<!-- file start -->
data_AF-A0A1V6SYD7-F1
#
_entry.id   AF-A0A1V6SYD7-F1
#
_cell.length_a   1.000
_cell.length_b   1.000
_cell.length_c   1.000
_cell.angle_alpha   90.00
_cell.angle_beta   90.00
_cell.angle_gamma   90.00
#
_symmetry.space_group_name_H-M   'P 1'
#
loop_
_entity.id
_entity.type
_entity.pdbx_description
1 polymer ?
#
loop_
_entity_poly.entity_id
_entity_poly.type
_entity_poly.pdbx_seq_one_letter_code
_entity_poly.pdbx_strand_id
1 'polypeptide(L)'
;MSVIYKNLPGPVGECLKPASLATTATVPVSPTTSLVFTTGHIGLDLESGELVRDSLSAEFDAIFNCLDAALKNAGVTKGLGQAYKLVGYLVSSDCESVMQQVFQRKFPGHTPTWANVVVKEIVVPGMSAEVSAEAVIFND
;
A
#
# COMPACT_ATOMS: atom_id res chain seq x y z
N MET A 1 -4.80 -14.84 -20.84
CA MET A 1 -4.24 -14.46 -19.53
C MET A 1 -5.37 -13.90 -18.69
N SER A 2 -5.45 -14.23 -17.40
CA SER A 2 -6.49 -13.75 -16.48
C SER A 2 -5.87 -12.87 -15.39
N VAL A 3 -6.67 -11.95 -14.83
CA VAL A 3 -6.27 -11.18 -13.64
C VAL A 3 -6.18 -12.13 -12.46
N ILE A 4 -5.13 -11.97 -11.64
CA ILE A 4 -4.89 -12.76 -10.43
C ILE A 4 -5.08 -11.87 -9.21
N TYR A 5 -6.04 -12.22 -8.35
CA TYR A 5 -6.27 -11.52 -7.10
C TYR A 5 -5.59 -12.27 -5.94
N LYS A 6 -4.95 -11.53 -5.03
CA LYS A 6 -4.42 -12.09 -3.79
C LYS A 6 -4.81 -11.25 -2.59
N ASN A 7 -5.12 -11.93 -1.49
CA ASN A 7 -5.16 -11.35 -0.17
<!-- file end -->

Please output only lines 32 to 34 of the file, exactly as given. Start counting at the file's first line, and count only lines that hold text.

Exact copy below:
CA MET A 1 -4.24 -14.46 -19.53
C MET A 1 -5.37 -13.90 -18.69
N SER A 2 -5.45 -14.23 -17.40